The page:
Updated: Apr 12, 2019
Selecting a journal is a critical part of the publication process that can be somewhat overwhelming given the hundreds and even thousands of journals that are out there. It is especially important when you consider that many manuscripts get rejected purely on the mismatch between the aims and scope of the journal selected and the topic/focus of the manuscript. So how does one choose? What do seasoned professionals look for in a journal? Well, there are several basic things that you need to consider:
1) Be realistic! – We would all like to publish in Nature or Science, but in many cases, our data does not support such a publication (and that is fine!). Be realistic about the quality and quantity of data that you have and target a journal with the appropriate prestige and scientific standing (this can be difficult to quantify, but roughly base this on impact factor).
2) You want impact! – It is just the name of the game to get your science manuscript published in the journal with the highest impact factor possible. Indeed, your research career will often depend on publishing in high-impact journals.
3) Worldwide reach – This is usually not a huge issue in today’s day and age, but ensure that the selected journal is available to researchers worldwide. Open access is quite beneficial as it will lead to more citations. Also, good indexing is essential to get you paper noticed.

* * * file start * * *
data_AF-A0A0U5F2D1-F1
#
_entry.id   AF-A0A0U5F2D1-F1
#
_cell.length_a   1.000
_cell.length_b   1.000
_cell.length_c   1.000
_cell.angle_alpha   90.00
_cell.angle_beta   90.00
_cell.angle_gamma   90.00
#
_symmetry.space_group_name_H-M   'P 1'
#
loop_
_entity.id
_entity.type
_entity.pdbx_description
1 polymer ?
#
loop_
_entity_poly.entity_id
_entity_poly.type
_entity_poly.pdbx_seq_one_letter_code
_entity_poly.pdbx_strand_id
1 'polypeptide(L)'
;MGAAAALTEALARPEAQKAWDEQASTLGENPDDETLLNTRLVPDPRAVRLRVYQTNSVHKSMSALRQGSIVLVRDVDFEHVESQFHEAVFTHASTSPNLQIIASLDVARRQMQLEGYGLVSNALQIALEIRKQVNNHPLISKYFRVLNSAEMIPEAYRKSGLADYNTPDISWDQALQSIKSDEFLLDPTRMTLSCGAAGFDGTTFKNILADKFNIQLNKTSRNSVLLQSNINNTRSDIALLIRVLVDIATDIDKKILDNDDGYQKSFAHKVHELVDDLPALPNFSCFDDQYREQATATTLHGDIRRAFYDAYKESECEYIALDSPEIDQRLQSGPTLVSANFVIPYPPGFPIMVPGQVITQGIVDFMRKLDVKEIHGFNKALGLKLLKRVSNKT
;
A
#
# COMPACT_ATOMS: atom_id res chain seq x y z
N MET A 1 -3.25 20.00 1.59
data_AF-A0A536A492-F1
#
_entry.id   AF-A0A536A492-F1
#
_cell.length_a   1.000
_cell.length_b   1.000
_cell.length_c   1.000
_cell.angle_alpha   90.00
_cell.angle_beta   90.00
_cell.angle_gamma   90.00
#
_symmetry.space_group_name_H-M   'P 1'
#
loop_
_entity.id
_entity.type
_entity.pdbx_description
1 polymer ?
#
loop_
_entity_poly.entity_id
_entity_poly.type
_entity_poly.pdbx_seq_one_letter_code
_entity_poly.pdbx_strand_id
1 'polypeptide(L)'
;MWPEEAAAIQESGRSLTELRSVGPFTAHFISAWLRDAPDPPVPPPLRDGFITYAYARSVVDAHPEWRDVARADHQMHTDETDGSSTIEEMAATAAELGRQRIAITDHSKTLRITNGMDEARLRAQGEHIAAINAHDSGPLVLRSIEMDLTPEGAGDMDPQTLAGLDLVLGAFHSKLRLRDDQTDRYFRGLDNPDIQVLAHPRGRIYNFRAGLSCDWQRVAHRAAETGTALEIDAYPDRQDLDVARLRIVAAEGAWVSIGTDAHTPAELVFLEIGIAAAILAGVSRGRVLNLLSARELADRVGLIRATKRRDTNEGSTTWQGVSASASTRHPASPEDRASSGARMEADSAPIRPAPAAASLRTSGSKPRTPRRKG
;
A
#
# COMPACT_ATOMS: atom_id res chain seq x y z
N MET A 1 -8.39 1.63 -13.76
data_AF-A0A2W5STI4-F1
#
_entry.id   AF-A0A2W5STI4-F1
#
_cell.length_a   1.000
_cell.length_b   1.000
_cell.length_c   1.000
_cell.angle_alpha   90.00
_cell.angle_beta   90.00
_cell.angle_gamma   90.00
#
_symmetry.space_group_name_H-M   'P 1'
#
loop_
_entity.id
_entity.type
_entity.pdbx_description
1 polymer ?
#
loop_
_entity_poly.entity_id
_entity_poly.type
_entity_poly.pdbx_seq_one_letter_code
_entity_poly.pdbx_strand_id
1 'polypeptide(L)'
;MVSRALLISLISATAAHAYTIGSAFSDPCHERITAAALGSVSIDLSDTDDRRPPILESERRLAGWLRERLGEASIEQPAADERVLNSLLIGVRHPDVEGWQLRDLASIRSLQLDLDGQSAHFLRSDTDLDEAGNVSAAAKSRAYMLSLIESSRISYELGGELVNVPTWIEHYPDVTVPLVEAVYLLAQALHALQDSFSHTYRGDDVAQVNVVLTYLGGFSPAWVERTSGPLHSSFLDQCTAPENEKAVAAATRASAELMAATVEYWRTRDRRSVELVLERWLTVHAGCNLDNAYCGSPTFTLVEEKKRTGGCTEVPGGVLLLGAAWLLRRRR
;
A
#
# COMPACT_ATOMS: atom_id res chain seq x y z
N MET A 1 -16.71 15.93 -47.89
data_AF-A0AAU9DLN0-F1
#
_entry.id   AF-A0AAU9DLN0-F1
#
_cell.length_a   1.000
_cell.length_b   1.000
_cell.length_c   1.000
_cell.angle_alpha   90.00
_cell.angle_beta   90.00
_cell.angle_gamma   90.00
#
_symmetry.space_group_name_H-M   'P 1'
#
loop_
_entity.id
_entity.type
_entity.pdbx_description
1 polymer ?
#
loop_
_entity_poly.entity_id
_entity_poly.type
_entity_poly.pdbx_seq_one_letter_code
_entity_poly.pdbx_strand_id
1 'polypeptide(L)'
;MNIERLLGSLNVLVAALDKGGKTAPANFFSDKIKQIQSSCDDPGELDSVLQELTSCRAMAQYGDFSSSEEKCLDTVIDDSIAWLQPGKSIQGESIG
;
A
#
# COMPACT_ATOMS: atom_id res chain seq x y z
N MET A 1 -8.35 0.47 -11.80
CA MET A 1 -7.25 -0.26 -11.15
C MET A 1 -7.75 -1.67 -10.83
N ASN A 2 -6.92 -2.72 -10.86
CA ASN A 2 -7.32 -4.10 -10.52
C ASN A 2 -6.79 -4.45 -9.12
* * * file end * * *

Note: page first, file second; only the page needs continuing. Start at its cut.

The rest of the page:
Other important notes to consider:
- If you are having trouble selecting a journal, look at your reference list for a guide as to where your fellow researchers are publishing.
- Ask peers and colleagues for suggestions for places to publish.
- Some journals are invitation-only so check before you start writing and submitting to that journal!
- Publication fees may be a factor for you, so make sure the journal selected is within budget.
- Make sure that the type of article you are writing is acceptable for that journal (e.g., some journals do not accept Short Communications).
- Check turnaround times. If a journal is only published one per year, as opposed to once per month, you may get a delayed turnaround time, which could be critical in competitive fields.
- There are several journal finder tools (listed below), but they are usually through publisher sites and will only give you journals by that publisher (https://journalfinder.elsevier.com/; https://journalsuggester.springer.com/).
NOTE: It is often best, if possible, to choose your journal BEFORE you start to write your manuscript. This will aid in formatting your paper as you go and will help determine the focus of your paper (i.e., a paper sent to Developmental Cell will be written with a different focus than Nature Structural and Molecular Biology).
Good luck in your journal hunt!
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